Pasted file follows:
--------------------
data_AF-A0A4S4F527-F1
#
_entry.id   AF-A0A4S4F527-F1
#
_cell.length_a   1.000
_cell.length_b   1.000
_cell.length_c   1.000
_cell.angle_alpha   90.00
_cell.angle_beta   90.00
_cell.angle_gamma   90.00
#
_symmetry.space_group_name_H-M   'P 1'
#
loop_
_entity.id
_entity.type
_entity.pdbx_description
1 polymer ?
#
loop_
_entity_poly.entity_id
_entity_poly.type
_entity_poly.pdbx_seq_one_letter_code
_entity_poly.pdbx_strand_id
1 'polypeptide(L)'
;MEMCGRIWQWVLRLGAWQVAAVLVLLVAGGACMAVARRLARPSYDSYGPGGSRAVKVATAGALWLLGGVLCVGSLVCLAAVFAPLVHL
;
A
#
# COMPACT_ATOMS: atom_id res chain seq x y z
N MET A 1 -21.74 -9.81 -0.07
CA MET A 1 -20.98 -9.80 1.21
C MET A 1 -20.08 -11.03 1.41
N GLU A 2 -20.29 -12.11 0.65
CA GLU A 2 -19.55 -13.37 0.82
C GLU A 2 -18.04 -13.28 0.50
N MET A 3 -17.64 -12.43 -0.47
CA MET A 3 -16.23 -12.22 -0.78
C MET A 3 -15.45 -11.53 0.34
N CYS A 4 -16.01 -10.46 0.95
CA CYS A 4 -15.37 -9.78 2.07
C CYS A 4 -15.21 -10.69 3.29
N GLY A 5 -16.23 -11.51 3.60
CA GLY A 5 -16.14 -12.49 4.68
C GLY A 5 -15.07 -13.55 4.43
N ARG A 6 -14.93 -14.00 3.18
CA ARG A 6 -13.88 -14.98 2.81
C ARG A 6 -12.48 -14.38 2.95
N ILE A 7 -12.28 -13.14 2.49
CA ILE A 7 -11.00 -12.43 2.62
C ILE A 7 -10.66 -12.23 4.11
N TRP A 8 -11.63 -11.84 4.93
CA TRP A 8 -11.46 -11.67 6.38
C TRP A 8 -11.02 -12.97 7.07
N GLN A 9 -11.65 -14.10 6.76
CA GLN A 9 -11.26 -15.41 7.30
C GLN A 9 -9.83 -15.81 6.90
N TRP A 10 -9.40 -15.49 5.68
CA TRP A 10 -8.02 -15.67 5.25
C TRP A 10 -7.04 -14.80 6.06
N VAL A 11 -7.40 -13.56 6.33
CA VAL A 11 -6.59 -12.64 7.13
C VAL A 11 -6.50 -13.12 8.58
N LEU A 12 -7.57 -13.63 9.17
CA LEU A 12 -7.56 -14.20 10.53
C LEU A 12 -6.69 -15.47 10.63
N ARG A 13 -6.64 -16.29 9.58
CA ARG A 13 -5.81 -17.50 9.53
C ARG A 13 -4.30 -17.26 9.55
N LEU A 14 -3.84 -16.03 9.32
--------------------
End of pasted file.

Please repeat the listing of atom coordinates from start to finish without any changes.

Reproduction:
data_AF-A0A4S4F527-F1
#
_entry.id   AF-A0A4S4F527-F1
#
_cell.length_a   1.000
_cell.length_b   1.000
_cell.length_c   1.000
_cell.angle_alpha   90.00
_cell.angle_beta   90.00
_cell.angle_gamma   90.00
#
_symmetry.space_group_name_H-M   'P 1'
#
loop_
_entity.id
_entity.type
_entity.pdbx_description
1 polymer ?
#
loop_
_entity_poly.entity_id
_entity_poly.type
_entity_poly.pdbx_seq_one_letter_code
_entity_poly.pdbx_strand_id
1 'polypeptide(L)'
;MEMCGRIWQWVLRLGAWQVAAVLVLLVAGGACMAVARRLARPSYDSYGPGGSRAVKVATAGALWLLGGVLCVGSLVCLAAVFAPLVHL
;
A
#
# COMPACT_ATOMS: atom_id res chain seq x y z
N MET A 1 -21.74 -9.81 -0.07
CA MET A 1 -20.98 -9.80 1.21
C MET A 1 -20.08 -11.03 1.41
N GLU A 2 -20.29 -12.11 0.65
CA GLU A 2 -19.55 -13.37 0.82
C GLU A 2 -18.04 -13.28 0.50
N MET A 3 -17.64 -12.43 -0.47
CA MET A 3 -16.23 -12.22 -0.78
C MET A 3 -15.45 -11.53 0.34
N CYS A 4 -16.01 -10.46 0.95
CA CYS A 4 -15.37 -9.78 2.07
C CYS A 4 -15.21 -10.69 3.29
N GLY A 5 -16.23 -11.51 3.60
CA GLY A 5 -16.14 -12.49 4.68
C GLY A 5 -15.07 -13.55 4.43
N ARG A 6 -14.93 -14.00 3.18
CA ARG A 6 -13.88 -14.98 2.81
C ARG A 6 -12.48 -14.38 2.95
N ILE A 7 -12.28 -13.14 2.49
CA ILE A 7 -11.00 -12.43 2.62
C ILE A 7 -10.66 -12.23 4.11
N TRP A 8 -11.63 -11.84 4.93
CA TRP A 8 -11.46 -11.67 6.38
C TRP A 8 -11.02 -12.97 7.07
N GLN A 9 -11.65 -14.10 6.76
CA GLN A 9 -11.26 -15.41 7.30
C GLN A 9 -9.83 -15.81 6.90
N TRP A 10 -9.40 -15.49 5.68
CA TRP A 10 -8.02 -15.67 5.25
C TRP A 10 -7.04 -14.80 6.06
N VAL A 11 -7.40 -13.56 6.33
CA VAL A 11 -6.59 -12.64 7.13
C VAL A 11 -6.50 -13.12 8.58
N LEU A 12 -7.57 -13.63 9.17
CA LEU A 12 -7.56 -14.20 10.53
C LEU A 12 -6.69 -15.47 10.63
N ARG A 13 -6.64 -16.29 9.58
CA ARG A 13 -5.81 -17.50 9.53
C ARG A 13 -4.30 -17.26 9.55
N LEU A 14 -3.84 -16.03 9.32